This song, I would say, is my absolute favourite in the album, and Ed Sheeran’s girlfriend feels the same. The song was added after Ed’s girlfriend said that this song was her favourite, and so he decided to produce it. I really enjoy the vibe and the instruments in the song are spot on. Not to mention John Mayer’s killer guitar solo skills. It was this song that I likened to Thinking Out Loud, because I heard it first, but it shares that spot now with Perfect. The song is sweet, full of love, and talks about how Ed’s at this point now where he’s ready to say that he’s in love with her, and he wants to continue being in love with her, and so he’s asking if she feels the same.

Supermarket Flowers

I thought maybe Happier was the most heartbreaking song in the album, until I heard this. The song is from his mother’s perspective, and talks simply about that moment where her mother (Ed’s grandmother) has died, and about all of them going through the motions, needing to do what they have to do, because that’s all you can really bare to think about at the moment. I feel we can all relate to that feeling, when a loved one dies, and you really push yourself to go through the motions and do what you have to do, just to keep yourself in check. Everything in that moment becomes suddenly vivid, and everything we notice in that moment, we carry with us forever.


Barcelona is all about one thing and one thing only: Fun. The song is pure fun, and is made for you to dance to, to get good vibes from, and to just really feel like you’re in another place altogether. When I listen to this song, I can’t help but wish to be in a festive area, dancing with people, with food and streamers everywhere. Everyone just having a really great time.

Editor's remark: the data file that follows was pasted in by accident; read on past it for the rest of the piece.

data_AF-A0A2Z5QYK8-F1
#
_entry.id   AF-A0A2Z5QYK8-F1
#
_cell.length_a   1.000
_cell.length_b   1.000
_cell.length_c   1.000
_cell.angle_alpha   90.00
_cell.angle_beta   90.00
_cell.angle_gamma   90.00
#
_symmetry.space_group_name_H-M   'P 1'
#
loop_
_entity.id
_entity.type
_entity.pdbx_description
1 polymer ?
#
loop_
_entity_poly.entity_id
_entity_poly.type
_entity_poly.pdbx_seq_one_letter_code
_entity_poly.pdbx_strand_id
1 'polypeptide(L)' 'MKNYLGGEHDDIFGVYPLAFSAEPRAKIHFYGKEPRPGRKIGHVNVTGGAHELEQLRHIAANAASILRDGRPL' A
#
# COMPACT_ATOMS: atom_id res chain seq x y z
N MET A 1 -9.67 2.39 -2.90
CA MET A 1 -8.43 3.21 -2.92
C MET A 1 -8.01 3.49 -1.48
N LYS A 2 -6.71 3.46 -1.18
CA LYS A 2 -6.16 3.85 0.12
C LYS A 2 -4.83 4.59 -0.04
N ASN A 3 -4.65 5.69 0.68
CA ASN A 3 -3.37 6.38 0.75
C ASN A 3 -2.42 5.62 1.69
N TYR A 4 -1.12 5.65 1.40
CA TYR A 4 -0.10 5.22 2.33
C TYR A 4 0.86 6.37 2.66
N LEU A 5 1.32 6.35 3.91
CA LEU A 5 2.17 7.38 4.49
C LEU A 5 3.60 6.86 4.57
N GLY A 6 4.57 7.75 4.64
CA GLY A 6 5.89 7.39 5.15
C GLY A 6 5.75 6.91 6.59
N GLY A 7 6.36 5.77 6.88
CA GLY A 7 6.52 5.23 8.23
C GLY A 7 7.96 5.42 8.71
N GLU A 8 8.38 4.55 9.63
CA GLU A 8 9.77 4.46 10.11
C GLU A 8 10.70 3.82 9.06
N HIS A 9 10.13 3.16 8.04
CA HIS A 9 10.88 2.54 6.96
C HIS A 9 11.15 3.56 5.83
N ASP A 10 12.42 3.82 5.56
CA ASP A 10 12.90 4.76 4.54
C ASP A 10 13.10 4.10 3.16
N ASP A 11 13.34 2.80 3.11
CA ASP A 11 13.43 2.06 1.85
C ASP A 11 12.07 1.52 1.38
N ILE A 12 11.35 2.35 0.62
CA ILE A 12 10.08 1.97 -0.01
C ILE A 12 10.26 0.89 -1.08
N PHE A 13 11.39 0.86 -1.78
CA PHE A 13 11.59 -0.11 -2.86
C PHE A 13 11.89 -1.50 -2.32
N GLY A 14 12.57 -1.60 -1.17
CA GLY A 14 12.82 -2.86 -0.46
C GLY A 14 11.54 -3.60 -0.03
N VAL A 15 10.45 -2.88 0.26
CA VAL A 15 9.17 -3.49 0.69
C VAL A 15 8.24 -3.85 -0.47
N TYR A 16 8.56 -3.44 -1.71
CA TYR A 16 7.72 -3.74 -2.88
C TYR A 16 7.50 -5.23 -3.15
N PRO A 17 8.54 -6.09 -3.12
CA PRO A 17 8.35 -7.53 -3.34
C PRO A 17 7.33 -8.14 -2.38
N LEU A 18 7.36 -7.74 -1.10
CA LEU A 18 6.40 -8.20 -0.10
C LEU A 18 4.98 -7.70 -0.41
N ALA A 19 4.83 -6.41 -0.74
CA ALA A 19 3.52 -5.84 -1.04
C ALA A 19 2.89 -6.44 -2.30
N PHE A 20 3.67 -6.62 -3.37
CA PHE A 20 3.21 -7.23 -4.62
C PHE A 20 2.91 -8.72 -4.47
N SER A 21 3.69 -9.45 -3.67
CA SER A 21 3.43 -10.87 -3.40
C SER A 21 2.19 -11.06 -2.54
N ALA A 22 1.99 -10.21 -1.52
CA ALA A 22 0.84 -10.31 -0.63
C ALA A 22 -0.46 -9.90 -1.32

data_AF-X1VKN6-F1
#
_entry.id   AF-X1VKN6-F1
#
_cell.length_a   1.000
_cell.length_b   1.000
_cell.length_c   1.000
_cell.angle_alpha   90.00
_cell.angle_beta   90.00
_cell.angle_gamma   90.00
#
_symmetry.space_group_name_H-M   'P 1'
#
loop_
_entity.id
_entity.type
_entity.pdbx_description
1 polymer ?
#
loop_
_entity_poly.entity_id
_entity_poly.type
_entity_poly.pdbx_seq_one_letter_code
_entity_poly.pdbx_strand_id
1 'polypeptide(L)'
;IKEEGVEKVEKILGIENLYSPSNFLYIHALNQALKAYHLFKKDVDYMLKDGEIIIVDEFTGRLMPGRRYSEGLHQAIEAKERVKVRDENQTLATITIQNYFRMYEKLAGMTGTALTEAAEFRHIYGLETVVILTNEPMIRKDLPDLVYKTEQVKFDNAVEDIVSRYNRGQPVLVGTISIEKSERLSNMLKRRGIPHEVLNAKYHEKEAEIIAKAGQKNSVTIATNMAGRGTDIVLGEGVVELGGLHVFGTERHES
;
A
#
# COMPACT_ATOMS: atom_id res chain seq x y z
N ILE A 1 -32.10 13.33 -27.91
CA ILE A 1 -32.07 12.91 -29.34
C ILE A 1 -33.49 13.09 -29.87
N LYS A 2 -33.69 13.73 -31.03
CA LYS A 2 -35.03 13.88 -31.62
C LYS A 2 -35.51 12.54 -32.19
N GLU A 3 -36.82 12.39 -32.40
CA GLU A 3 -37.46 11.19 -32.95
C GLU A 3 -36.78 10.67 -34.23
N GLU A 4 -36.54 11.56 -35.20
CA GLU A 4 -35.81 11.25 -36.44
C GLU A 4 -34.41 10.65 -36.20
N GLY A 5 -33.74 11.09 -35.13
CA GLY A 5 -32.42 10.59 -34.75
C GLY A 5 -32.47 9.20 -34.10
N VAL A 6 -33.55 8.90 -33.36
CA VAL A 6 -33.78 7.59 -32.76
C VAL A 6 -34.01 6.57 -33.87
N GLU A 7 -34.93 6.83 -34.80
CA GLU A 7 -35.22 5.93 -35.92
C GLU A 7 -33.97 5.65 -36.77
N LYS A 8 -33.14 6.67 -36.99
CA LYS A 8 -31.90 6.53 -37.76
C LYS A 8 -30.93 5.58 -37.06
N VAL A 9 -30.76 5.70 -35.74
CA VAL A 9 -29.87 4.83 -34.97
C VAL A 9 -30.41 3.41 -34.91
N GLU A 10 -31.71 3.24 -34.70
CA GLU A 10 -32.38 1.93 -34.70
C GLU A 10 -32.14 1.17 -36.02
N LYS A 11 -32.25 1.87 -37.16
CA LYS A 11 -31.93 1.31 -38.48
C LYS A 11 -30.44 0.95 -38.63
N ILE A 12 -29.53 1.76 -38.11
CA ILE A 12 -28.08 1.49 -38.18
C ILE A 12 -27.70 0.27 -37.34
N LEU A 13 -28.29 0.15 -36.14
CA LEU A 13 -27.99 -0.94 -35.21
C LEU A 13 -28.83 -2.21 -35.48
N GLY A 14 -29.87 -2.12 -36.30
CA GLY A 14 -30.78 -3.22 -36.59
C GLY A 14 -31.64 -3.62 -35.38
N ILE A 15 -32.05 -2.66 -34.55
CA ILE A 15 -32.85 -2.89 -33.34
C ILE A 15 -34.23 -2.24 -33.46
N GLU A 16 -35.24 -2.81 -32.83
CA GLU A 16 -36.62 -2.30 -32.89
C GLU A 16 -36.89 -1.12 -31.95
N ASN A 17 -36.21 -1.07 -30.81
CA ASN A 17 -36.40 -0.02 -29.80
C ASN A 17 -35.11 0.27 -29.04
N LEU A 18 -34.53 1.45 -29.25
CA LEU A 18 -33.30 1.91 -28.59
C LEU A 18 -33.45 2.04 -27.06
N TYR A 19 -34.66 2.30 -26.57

Bibia Be Ye Ye

Bibia Be Ye Ye means that “All Will Be Well” and this song is basically about that. Ed talks about things he’s done wrong, challenges he’s had, and the problems he’s faced, and he’s basically saying that “it’s okay because All Will Be Well”. The song is a really good pick-me- up, with a fun beat and a really great message. This song’s for anyone out there dealing with troubles now, we’re asked to remember that things are going to be oaky.

Nancy Mulligan

This song is the story of his grandparents met, and it’s really going full on Irish with the vibes and sound that it has. It’s a sweet and fun, and Ed really takes us through a story of how it all went down between his grandparents. I’d say that Ed really does the Irish songs well, and should be something he should look into more in the future.

Save Myself

Even though this song is technically in the deluxe version (along with the previous three), I felt that if this was the whole album, then we get a nice connection back to Eraser. Here he talks about how he can save, help, or love someone else; he needs to learn how to do that for himself. It’s a song about choosing to do something for ourselves, to fix ourselves, and to get up and say “I’m going to do good for and with myself from now on.” It’s a good return to what he was talking about in Eraser, how he’s feeling lost, making mistakes, and being used by people, all because of this fame he’s achieved. It’s a reality check that he gives to us, and for himself, that if we want to genuinely help people, we have to do that for ourselves. We need to remember to love ourselves.

* * *

Ed Sheeran has made another masterpiece, and this one in particular is an album that takes us through the different aspects of Ed’s life. Once more, Ed Sheeran is on his way to making big success, with another great album.